Is Pikachu the very best?
Hello and welcome back to GoNintendo’s Smash Character Review series, where we look at Smash Ultimate’s massive roster and see how will the characters have held up. Today, in honor of the 25th anniversary of Pokémon Yellow, we’ll be taking a look at the Pokémon fittingly numbered 25 in the Poékdex – Pikachu!
What is there to say about Pikachu that hasn’t already been said? Despite not having a major role in the original release of Red and Blue thanks to some genius marketing tactics and a universally appealing design, Pikachu was pushed to be the mascot of the entire series. You would be hard-pressed to find a Pokémon product with no relation to Pikachu whatsoever so it makes sense that he would be the first Pocket Monster considered to join the world of Smash.
How does the electric mouse Pokémon fair today however? Well, that’s the question we intend to answer. As always, we suggest checking out our first article in this series for a breakdown of how the grading system works. With all that out of the way let’s get started!
Pikachu’s Neutrals are inspired from various attacks throughout the Pokémon series.
Pikachu’s Neutrals are very solid and reflect Pikachu’s playstyle in the mainline games. A speedy electric-attacker who wants to get in quick, do some damage and not take too many hits.
Speaking of electricity, I want to shout out Smash Ultimate in particular for making Pikachu’s electric effects looking much better than previous installments.
While some may complain about many of the moves being innovated, I’m personally fine with it because Smash has always pulled from another source beside the video games when it comes to Pokémon.
In comparison to the other Smash 64 alumni, Pikachu (and Jigglypuff) would have far less to work with in comparison to the other fighters who had years of games to pull from. To remedy this problem, Sakurai pulled from a source where the Pokémon could express themselves far better than on the Gameboy, the Pokémon Anime.
Since day 1, the Pokémon anime has been an influence on how the monsters are portrayed in Smash Bros. Their voices all come from the anime, move choices are inspired by it, and the Pokémon themselves animate like they jumped right out of it.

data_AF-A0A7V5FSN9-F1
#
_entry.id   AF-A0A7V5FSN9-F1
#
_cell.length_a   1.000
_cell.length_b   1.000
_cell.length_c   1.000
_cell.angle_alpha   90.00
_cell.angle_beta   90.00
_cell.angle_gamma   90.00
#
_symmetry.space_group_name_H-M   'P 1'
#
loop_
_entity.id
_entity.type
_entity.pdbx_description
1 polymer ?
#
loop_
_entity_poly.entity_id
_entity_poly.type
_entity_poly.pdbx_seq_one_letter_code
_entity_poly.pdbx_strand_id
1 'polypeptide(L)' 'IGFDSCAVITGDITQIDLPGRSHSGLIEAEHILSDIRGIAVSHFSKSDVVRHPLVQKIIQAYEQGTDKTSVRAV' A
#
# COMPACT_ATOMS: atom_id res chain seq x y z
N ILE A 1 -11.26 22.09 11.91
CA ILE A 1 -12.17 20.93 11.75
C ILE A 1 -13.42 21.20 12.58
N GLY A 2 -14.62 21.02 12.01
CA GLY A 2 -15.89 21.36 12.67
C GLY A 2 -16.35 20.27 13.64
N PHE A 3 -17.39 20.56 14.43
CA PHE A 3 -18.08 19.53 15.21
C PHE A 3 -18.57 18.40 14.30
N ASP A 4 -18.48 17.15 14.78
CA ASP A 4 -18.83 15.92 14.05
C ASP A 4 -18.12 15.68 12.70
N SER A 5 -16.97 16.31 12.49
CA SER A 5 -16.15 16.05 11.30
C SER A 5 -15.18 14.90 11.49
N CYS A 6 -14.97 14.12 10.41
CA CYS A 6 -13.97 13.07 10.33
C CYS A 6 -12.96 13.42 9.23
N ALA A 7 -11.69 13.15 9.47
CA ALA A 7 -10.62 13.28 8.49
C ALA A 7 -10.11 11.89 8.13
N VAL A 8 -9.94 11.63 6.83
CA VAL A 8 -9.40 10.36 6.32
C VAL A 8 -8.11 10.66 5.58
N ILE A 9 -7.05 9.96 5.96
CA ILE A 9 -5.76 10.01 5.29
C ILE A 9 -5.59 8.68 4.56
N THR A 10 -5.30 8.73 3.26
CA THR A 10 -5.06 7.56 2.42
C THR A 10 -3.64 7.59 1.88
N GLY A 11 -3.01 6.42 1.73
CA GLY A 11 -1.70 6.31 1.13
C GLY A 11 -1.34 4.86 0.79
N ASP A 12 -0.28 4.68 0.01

We will see some more comparisons to the anime down the line, but for now I’ll just state that I’m very happy that the Neutral Attacks pull from all facets of Pokémon.
Speaking of pulling from all facets of the franchise, let’s talk about Pikachu’s Special Attacks
Contrary to my opinion on Skull Bash, I’m actually quite fond of Thunder’s slower pace as I have always viewed this move as Pikachu’s flashy finisher move (ala Falcon Punch). Skull Bash just doesn’t do enough damage or have enough flair for the time it takes to pull off.
Lastly, the Final Smash is Volt Tackle, a signature move of the Pikachu line. Interestingly though the animation of this move seems to derive less from the Pokémon Game’s or Anime’s depiction and more from Pokémon developer Game Freak’s history.
In Japanese the attack is called Volteccer (ボルテッカー) which is shared with an attack used by Pulseman, the titular main character of one of Game Freak’s pre-Pokémon projects.
Cpmparing the animations for the attack in Pulseman and Smash Bros. it’s clear that this was an intentional reference, not surprising considering Sakurai’s knowledge of gaming history.
If you want to check out Pulseman for yourself It’s actually available on the Sega Genesis NSO App, fair warning though it has A LOT of flashing light affects, so be careful.
Save for Skull Bash, all of Pikachu’s Specials really feed back into its core design philosophy of speedy and nimble attacks.
A speedy attacker was unique at Smash Bros. Inception but how does Pikachu fair nowadays? With the advent of characters like Shiek, Sonic, and Zero Suit Samus Pikachu doesn’t even crack the top 10 fastest fighters like he used to.
Well, apparently pretty good! Many competitive Smash Bros. players seem to agree that Pikachu is one of the most consistently well performing characters in the series which is astounding considering it’s been around since the first entry.
Obviously competitive isn’t everything, but it does speak to Pikachu’s uniqueness that after all these years pros are still drawn to choose this yellow rodent.